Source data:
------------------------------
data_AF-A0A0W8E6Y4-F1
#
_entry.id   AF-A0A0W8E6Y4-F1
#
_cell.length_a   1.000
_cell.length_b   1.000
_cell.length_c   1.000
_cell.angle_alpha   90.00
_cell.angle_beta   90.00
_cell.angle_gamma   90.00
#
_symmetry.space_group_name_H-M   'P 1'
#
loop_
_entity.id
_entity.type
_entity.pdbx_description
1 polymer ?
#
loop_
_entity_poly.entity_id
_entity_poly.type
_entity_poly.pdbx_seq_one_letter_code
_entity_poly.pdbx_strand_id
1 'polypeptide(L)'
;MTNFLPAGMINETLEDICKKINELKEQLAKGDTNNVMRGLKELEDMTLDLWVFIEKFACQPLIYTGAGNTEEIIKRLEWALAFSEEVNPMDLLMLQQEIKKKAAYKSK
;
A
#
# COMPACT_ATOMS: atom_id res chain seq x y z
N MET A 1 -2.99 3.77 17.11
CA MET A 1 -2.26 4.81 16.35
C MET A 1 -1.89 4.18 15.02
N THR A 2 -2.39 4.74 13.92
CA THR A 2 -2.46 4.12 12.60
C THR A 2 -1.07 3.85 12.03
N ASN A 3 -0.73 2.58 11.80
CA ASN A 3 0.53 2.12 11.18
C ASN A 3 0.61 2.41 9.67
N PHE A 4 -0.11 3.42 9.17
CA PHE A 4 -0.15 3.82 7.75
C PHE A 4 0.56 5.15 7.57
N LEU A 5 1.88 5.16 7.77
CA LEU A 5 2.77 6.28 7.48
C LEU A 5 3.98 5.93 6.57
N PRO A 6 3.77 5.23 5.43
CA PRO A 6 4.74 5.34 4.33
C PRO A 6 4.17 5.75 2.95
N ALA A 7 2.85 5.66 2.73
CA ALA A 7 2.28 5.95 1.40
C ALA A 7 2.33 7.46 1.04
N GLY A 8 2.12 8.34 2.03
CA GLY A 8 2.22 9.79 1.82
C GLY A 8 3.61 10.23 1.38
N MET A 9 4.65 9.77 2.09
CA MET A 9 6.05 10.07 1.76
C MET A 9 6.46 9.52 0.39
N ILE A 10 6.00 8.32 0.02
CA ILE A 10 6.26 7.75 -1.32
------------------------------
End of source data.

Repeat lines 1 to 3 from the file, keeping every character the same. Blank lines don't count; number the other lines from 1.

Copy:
data_AF-A0A0W8E6Y4-F1
#
_entry.id   AF-A0A0W8E6Y4-F1